The charging case LED is also easy to understand when it comes to knowing when it needs to be recharged.
- Green: > 30%
- Orange: < 30%
- Red: < 10%
- Flash red: < 5%
Overall, using and understanding the EarFun Free Pros are easy. They pair within a few seconds allowing you to start listening to music or watching videos.
As someone who has used EarFun products in the past, I can tell you that the Free Pros’ sound quality is much better than the previous model and sounds like the EarFun Air we reviewed a few months back.
The highs and mids are well balanced, while the lows are boosted a tad bit to give that extra push in the bass category. As for having ANC turned on, that boosted the sound quality a bit more but offered more bass. The sound gets loud enough and ends up canceling out just about all background noise around you.
The EarFun Free Pros offer an ambient sound and normal mode, along with a low latency mode for those who will be streaming some videos. Normal mode is what the earbuds start with, where the highs and mids are balanced with boosted lows. Ambient sound is here to keep you aware of your surroundings, but the drawback is with the Free Pros is you can’t really tell if it’s working or not. I could just barely hear others talk around me as if the normal mode was still on.
Low latency is a newer feature in TWS earbuds. With this feature, any video you watch shouldn’t delay when you hear the sound and see the video playback.
When it comes to the call quality of the EarFun Free Pro, they did pretty well. Sitting in a quiet place such as my room or non-moving vehicle, people could hear me really well. While driving (hands-free, of course), those who were on the other end said they could hear me clearly with barely any background noise.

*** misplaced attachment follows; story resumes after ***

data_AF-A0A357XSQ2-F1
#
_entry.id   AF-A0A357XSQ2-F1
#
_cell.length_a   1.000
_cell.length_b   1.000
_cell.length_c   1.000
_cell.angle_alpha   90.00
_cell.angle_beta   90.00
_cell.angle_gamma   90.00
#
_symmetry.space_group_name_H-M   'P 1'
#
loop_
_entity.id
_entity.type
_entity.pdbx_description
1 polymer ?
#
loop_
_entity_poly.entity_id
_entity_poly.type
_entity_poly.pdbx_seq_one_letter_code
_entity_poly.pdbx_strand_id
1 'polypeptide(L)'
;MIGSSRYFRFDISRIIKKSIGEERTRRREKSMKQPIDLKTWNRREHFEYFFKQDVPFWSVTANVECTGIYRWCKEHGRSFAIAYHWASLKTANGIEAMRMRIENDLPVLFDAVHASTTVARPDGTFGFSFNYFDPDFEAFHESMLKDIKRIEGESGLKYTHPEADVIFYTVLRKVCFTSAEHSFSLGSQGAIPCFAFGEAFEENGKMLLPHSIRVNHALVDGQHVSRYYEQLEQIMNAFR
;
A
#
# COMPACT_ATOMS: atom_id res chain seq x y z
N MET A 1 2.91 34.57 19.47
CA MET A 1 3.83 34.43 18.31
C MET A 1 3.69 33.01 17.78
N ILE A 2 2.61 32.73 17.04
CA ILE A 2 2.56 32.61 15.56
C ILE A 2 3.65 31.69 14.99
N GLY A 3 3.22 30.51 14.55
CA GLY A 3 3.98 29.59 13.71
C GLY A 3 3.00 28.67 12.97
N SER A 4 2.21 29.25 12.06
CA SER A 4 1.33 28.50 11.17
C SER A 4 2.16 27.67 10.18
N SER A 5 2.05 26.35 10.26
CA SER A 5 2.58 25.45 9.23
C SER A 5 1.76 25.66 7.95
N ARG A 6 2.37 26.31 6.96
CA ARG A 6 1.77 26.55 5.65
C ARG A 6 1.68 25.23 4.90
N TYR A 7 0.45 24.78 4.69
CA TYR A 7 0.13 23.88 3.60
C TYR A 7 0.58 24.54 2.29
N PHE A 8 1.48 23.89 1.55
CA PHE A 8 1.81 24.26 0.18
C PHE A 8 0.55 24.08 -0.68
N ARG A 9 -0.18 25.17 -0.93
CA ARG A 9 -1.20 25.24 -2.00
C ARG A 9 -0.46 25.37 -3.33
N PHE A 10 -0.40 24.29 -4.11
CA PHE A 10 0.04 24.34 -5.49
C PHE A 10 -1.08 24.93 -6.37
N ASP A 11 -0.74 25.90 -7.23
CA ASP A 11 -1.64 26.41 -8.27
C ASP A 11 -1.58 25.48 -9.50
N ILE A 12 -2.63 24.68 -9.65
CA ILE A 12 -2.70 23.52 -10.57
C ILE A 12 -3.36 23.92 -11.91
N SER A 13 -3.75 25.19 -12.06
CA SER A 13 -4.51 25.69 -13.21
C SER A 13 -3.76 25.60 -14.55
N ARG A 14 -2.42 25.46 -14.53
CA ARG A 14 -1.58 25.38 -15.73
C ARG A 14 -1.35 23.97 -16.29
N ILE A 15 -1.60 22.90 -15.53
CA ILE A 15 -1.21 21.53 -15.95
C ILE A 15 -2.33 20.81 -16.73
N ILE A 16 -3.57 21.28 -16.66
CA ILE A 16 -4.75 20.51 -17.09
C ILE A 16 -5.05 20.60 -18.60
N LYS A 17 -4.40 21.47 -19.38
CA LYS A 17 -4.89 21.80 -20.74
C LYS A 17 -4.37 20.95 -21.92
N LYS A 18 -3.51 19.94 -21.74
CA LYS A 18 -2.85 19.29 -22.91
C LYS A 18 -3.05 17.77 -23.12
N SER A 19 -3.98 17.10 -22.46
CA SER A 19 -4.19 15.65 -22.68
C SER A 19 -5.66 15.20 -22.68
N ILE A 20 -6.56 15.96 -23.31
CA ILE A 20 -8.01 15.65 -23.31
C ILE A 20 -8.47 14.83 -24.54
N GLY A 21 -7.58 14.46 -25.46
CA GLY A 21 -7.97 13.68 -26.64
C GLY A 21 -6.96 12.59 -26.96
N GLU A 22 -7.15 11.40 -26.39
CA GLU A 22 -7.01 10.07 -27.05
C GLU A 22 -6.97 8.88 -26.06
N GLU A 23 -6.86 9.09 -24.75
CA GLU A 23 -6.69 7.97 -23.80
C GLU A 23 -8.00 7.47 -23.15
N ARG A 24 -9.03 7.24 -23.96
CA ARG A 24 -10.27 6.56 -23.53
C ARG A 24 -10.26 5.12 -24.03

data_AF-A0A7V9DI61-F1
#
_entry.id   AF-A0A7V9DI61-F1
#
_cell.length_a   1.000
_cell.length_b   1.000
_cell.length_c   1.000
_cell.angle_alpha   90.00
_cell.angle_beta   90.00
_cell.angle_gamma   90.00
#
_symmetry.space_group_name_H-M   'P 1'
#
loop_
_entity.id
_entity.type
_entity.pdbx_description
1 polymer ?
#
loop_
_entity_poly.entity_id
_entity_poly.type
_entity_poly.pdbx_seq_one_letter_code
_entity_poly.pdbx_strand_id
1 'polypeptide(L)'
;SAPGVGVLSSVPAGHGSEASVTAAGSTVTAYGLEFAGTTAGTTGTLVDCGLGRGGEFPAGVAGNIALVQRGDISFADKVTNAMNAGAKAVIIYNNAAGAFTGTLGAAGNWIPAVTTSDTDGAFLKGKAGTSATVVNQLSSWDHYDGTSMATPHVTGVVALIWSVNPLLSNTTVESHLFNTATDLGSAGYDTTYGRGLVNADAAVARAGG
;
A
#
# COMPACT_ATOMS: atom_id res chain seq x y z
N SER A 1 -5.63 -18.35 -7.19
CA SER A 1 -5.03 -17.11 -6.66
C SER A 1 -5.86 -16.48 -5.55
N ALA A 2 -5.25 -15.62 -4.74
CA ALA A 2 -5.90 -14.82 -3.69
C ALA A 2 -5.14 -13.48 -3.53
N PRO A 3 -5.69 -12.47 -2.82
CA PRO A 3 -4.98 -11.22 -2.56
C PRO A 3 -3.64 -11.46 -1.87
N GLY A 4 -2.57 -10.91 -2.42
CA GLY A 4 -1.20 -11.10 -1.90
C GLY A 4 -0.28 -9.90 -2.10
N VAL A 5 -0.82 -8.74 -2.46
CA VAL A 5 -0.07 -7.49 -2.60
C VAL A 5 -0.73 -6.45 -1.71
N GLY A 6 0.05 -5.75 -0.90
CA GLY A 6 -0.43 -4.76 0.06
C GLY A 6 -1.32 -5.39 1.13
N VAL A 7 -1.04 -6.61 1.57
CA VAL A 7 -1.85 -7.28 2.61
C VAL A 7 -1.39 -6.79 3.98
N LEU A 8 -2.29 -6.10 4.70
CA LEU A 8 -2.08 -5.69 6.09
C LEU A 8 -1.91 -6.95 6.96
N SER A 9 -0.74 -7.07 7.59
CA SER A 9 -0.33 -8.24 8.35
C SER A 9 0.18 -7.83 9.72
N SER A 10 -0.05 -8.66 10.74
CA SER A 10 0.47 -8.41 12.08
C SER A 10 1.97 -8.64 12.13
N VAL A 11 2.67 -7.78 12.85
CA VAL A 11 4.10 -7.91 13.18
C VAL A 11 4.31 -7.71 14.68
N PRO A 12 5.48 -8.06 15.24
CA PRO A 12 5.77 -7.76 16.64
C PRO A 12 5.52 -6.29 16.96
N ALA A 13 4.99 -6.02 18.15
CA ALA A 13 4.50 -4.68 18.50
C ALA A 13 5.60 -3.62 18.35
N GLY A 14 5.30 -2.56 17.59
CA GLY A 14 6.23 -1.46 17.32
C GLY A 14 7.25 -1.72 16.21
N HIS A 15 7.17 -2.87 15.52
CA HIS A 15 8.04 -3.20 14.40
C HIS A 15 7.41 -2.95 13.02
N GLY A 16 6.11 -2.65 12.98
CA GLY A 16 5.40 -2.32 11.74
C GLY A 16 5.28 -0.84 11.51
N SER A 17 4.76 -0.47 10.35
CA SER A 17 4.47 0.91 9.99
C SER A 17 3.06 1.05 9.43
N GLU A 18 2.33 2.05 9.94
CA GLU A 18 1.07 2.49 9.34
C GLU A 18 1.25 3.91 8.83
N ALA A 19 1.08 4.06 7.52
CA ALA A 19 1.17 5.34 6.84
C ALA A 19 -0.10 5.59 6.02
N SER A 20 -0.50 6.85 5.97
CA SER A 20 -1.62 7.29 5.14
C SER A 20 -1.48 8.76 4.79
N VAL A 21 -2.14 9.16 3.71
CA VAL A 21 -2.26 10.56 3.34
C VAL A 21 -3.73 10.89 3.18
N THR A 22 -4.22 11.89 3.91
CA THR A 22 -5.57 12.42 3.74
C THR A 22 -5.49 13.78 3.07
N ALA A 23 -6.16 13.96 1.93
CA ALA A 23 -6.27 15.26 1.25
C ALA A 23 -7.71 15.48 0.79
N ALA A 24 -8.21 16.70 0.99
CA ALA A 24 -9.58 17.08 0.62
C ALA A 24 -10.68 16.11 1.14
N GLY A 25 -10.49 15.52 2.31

The Free Pro get up to seven hours of battery life with the buds and up to 32-hours with the charging case if ANC is turned on. However, if you prefer to have ANC on, you’ll get up to six hours with the earbuds and up to 27-hours with the case.
While testing battery life out, ANC on and off, I was able to get close to the specified hours that EarFun claims. I was off by one or two hours, but that’s only due to the louder volume during certain times.
When it comes to recharging the Free Pro, it takes up to an hour for a full charge to complete depending on how much battery life is left in the buds. An hour isn’t too bad, but if you’re leaving the earbuds in the case anyway, you won’t notice a difference.
The case does get charged via Type-C and can take up to two hours for a full charge. As for charging the case wirelessly, that does take the longest, coming in at three-and-a-half hours. If you’re in no rush to go anywhere, these long charging times won’t be an issue for you. You can always charge the case overnight or while you’re using the earbuds.
It’s odd to see no quick charge feature that’ll give you an extra hour or two by leaving it in the case for about 10 minutes. Not a deal-breaker, but it may bother some people who are looking for a quick charge.
EarFun is offering the Free Pro on their site or Amazon for US$59.99. The price the company is offering is pretty competitive for what all you get. ANC, up to 32-hour battery life total, and a minimal design.
If you are interested in purchasing these earbuds, EarFun is giving an extra 10% off when you use the “FREEPRO20” code on Amazon.
Are they worth purchasing? Honestly, yes. I believe they’re good enough for anyone to use. Especially with a long battery life of up to 32-hours, ANC and only costing $60.